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Basalt Fiber-reinforced polymer (BFRP) bars

 
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Dr. N. Subramanian
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PostPosted: Wed Dec 08, 2021 5:17 pm    Post subject: Basalt Fiber-reinforced polymer (BFRP) bars Reply with quote

Fiber-reinforced polymer (FRP) bars are a noncorrosive and long-lasting alternative to traditional steel reinforcing bars used in concrete structures. These composite bars are made of longitudinally aligned fibers embedded in a resin matrix using a manufacturing process
called pultrusion. FRP bars have been used in civil engineering structures for over three decades. Glass fiber is the most-used fiber type because of its availability and low cost. However, because the physical properties of basalt fibers exceed those of glass, and because the cost difference between the two fiber types is marginal, interest in this fiber
type has been increasing. With a growing supply of basalt fibers in the United States, basalt FRP (BFRP) bars are becoming economically feasible.

BFRP bars provide a high tensile strength (over three times higher than Grade 60 steel (Grade Fe 415) for equivalent bar diameters). As with glass FRP (GFRP) bars, BFRP bars are lightweight (one-fourth the weight of steel-), electrically nonconductive, and transparent to electromagnetic fields. The main advantage of these composites, however, is the high corrosion resistance, even when exposed to harsh environments like seawater.

As with any other FRP composite, BFRP bars are linear elastic to failure and do not exhibit a plastic plateau like mild steel. Further, the elastic modulus of BFRP bars is approximately one-third of that of steel reinforcement. When compared to other FRP types, BFRP bars fall between glass and carbon for both strength and stiffness. In comparison to FRP bars made of E-CR glass, BFRP bars have a slightly higher elastic modulus and strength as well as greater chemical stability.

Use of FRP Bars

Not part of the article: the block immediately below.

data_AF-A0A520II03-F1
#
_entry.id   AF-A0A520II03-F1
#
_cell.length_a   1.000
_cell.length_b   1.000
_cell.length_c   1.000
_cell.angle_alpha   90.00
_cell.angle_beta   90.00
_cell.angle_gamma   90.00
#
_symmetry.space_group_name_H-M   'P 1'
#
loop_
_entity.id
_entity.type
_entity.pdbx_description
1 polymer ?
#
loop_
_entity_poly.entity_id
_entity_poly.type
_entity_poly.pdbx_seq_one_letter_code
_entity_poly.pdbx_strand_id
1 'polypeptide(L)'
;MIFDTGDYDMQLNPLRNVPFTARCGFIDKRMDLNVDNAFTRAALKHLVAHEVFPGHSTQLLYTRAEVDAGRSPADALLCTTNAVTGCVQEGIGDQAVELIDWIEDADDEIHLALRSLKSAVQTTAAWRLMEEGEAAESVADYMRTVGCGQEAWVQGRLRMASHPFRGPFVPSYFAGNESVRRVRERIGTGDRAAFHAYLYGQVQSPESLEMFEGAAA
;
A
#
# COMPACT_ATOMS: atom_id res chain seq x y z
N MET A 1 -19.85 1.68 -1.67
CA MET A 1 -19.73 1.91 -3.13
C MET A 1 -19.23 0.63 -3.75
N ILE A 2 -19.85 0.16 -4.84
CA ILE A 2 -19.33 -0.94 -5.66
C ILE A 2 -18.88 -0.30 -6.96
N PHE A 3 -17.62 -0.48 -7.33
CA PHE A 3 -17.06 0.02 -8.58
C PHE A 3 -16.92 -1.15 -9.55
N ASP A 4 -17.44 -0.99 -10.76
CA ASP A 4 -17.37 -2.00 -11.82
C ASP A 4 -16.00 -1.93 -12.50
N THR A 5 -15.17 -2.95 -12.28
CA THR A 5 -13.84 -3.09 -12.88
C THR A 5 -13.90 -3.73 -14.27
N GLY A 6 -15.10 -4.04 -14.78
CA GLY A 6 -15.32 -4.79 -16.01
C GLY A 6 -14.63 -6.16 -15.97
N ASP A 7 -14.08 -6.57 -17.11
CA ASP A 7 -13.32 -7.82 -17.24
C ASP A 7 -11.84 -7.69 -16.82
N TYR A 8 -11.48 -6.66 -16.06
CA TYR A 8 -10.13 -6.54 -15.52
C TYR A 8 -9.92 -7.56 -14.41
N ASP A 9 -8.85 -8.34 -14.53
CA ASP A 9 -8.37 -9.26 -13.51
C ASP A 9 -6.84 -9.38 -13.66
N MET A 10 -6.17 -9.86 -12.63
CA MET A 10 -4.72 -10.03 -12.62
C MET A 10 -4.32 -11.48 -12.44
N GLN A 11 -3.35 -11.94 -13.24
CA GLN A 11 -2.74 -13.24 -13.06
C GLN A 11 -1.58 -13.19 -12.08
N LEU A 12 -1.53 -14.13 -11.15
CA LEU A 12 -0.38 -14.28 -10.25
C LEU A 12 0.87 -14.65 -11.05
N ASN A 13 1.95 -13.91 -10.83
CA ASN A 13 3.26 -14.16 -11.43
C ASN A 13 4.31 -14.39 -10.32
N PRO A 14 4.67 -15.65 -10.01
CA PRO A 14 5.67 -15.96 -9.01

Historically, FRP bars have been most frequently used in transportation infrastructure rather than in buildings. The main reason behind this is the goal of departments of transportation (DOTs) to increase the service life and reduce maintenance costs of bridges and other highway structures. For example, Al-Khafaji et al.  evaluated 11 GFRP reinforced bridges after being in service for 15 to 20 years and, from the extracted
coupons, almost no GFRP degradation was seen even though
the bars used in these projects were made with E glass rather than the current E-CR glass type, a more recent boron-free evolution for improved corrosion resistance. In fact, while E glass is the most widely used glass fiber formula in the world, it contains boron and fluorine, two compounds that are trapped in particles released into the atmosphere
during manufacturing, causing environmental pollution.

Conversely, E-CR glass fibers are boron- and fluorine-free and have better mechanical properties, higher heat resistance, waterproof resistance, and higher surface resistance than E-glass fibers. Since 2005, E-CR glass fiber has been produced in accordance with ASTM D578/D578M, “Standard Specification for Glass Fiber Strands.”
As per FDOT Standard Specifications, Section 932-3 and  FDOT Structures Manual, V. 4, “…The design of all concrete members containing GFRP reinforcing bars shall be in accordance with the AASHTO LRFD Bridge Design Guide Specifications for GFRP
Reinforced Concrete. For BFRP use the same design criteria as GFRP.”

Al-Khafaji, A.F.; Haluza, R.T.; Benzecry, V.; Myers, J.J.; Bakis,C.E.; and Nanni, A., “Durability Assessment of 15- to 20-Year-Old GFRPBars Extracted from Bridges in the US. II: GFRP Bar Assessment,”Journal of Composites for Construction, V. 25, No. 2, Apr. 2021.

For more info Read:
Emparanza, A.R., McMahon,B. and Nanni, A.(2022)